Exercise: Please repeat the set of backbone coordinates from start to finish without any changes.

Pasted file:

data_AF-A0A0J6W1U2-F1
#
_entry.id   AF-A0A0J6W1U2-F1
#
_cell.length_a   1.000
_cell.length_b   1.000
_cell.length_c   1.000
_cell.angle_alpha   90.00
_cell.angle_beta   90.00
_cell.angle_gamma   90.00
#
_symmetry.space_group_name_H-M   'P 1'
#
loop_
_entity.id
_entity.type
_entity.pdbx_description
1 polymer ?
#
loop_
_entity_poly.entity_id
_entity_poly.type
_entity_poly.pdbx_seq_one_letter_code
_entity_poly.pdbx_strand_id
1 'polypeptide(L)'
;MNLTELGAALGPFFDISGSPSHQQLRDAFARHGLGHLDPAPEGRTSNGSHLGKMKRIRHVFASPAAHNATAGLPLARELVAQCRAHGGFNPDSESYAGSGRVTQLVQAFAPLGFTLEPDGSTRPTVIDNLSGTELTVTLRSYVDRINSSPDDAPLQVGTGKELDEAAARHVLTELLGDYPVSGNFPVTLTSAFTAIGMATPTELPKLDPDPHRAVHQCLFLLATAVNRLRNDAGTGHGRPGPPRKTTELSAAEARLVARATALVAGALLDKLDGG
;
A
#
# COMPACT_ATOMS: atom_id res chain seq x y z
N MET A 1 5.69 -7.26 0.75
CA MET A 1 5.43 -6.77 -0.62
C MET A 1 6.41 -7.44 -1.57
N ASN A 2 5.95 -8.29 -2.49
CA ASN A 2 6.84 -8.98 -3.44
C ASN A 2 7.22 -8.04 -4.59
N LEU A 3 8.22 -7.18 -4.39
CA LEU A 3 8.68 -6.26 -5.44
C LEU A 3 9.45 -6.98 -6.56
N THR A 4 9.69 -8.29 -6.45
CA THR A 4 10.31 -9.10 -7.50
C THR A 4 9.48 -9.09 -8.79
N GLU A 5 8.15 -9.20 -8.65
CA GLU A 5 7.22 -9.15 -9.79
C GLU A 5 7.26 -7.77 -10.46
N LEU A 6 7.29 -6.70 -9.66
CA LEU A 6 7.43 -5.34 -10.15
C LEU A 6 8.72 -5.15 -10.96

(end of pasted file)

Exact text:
data_AF-A0A0J6W1U2-F1
#
_entry.id   AF-A0A0J6W1U2-F1
#
_cell.length_a   1.000
_cell.length_b   1.000
_cell.length_c   1.000
_cell.angle_alpha   90.00
_cell.angle_beta   90.00
_cell.angle_gamma   90.00
#
_symmetry.space_group_name_H-M   'P 1'
#
loop_
_entity.id
_entity.type
_entity.pdbx_description
1 polymer ?
#
loop_
_entity_poly.entity_id
_entity_poly.type
_entity_poly.pdbx_seq_one_letter_code
_entity_poly.pdbx_strand_id
1 'polypeptide(L)'
;MNLTELGAALGPFFDISGSPSHQQLRDAFARHGLGHLDPAPEGRTSNGSHLGKMKRIRHVFASPAAHNATAGLPLARELVAQCRAHGGFNPDSESYAGSGRVTQLVQAFAPLGFTLEPDGSTRPTVIDNLSGTELTVTLRSYVDRINSSPDDAPLQVGTGKELDEAAARHVLTELLGDYPVSGNFPVTLTSAFTAIGMATPTELPKLDPDPHRAVHQCLFLLATAVNRLRNDAGTGHGRPGPPRKTTELSAAEARLVARATALVAGALLDKLDGG
;
A
#
# COMPACT_ATOMS: atom_id res chain seq x y z
N MET A 1 5.69 -7.26 0.75
CA MET A 1 5.43 -6.77 -0.62
C MET A 1 6.41 -7.44 -1.57
N ASN A 2 5.95 -8.29 -2.49
CA ASN A 2 6.84 -8.98 -3.44
C ASN A 2 7.22 -8.04 -4.59
N LEU A 3 8.22 -7.18 -4.39
CA LEU A 3 8.68 -6.26 -5.44
C LEU A 3 9.45 -6.98 -6.56
N THR A 4 9.69 -8.29 -6.45
CA THR A 4 10.31 -9.10 -7.50
C THR A 4 9.48 -9.09 -8.79
N GLU A 5 8.15 -9.20 -8.65
CA GLU A 5 7.22 -9.15 -9.79
C GLU A 5 7.26 -7.77 -10.46
N LEU A 6 7.29 -6.70 -9.66
CA LEU A 6 7.43 -5.34 -10.15
C LEU A 6 8.72 -5.15 -10.96